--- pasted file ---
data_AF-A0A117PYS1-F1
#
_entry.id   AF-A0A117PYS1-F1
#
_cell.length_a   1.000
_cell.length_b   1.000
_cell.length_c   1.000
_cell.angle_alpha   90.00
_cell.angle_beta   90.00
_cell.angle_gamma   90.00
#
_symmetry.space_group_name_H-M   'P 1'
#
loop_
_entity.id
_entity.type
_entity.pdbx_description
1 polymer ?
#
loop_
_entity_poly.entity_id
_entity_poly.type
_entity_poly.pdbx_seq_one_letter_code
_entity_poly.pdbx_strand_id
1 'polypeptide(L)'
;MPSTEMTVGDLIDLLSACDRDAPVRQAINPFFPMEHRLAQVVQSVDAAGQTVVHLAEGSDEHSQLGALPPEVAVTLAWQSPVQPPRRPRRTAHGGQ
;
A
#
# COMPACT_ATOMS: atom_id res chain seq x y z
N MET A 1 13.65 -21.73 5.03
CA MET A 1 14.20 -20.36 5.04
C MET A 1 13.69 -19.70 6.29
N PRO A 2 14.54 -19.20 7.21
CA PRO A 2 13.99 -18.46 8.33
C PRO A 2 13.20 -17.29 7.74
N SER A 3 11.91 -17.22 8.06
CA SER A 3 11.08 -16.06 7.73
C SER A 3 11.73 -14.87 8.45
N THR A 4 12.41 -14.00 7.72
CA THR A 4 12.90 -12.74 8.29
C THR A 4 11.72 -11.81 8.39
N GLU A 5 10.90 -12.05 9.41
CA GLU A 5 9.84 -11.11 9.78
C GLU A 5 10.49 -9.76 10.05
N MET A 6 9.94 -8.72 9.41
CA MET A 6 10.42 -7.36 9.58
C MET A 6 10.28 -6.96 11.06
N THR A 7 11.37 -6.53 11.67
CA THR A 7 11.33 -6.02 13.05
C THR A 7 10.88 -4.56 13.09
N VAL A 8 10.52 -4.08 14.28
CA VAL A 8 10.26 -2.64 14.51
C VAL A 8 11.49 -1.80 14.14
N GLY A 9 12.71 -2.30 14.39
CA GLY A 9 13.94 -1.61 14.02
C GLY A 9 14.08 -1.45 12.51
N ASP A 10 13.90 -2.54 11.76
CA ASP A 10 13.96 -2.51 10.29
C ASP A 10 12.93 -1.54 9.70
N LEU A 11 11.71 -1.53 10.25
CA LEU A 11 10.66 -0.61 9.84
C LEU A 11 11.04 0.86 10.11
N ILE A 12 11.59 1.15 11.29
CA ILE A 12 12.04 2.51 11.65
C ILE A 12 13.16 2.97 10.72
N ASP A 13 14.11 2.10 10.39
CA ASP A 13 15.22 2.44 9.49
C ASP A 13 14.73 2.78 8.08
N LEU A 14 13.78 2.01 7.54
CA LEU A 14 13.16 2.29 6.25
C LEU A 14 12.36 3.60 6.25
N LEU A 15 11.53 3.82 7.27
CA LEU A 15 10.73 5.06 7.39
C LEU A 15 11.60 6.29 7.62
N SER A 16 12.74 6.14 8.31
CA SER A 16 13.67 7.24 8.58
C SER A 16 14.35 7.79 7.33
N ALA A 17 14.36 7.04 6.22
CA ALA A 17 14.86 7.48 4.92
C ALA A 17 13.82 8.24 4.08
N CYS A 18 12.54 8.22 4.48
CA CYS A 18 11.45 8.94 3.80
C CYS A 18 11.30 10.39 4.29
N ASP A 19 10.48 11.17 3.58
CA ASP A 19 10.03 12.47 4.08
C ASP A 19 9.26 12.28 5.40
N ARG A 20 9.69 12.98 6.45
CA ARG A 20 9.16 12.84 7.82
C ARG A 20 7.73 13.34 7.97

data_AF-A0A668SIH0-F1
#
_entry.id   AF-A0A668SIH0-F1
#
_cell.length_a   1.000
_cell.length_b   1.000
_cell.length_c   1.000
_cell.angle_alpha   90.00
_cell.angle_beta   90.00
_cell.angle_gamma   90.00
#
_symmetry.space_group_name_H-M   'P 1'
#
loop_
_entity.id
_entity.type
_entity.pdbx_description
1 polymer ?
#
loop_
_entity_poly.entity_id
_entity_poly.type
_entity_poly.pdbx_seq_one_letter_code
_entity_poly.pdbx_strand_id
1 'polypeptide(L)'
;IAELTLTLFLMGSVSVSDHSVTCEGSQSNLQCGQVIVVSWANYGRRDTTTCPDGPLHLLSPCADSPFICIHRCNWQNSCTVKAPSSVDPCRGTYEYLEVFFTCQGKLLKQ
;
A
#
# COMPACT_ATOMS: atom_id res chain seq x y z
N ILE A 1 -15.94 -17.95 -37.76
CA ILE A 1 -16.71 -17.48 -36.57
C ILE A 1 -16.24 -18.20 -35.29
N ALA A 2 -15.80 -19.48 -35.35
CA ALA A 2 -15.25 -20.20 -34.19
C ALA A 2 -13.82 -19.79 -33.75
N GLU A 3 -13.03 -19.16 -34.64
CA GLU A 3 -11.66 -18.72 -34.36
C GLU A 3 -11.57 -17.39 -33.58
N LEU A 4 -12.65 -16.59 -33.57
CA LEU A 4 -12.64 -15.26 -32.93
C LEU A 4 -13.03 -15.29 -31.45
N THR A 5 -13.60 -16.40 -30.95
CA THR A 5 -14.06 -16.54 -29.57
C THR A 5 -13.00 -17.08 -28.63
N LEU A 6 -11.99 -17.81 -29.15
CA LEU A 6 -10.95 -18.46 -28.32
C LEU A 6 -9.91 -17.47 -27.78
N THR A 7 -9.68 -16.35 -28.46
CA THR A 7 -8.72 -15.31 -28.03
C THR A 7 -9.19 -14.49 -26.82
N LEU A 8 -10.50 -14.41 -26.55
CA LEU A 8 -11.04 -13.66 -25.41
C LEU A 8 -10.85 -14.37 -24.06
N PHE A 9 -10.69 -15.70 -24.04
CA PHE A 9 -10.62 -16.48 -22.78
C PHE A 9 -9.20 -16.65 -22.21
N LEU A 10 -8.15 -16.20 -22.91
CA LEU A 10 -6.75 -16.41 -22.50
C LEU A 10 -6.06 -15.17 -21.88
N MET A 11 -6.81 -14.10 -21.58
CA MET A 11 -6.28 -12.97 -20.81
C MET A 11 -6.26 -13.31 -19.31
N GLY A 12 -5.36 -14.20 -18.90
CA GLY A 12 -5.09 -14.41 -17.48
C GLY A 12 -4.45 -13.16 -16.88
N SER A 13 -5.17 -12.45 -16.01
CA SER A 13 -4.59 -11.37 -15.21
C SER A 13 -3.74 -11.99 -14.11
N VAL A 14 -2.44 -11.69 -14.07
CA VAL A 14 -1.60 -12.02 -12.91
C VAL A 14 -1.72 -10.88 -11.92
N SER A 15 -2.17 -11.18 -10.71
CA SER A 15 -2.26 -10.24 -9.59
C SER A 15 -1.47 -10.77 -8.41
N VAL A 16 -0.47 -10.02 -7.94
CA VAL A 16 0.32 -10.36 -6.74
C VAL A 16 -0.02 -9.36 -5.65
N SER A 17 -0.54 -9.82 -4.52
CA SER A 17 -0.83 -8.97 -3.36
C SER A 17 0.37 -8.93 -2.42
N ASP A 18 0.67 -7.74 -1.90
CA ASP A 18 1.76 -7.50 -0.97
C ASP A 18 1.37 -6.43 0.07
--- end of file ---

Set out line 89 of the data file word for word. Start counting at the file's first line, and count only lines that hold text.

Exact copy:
CA ARG A 20 9.16 12.84 7.82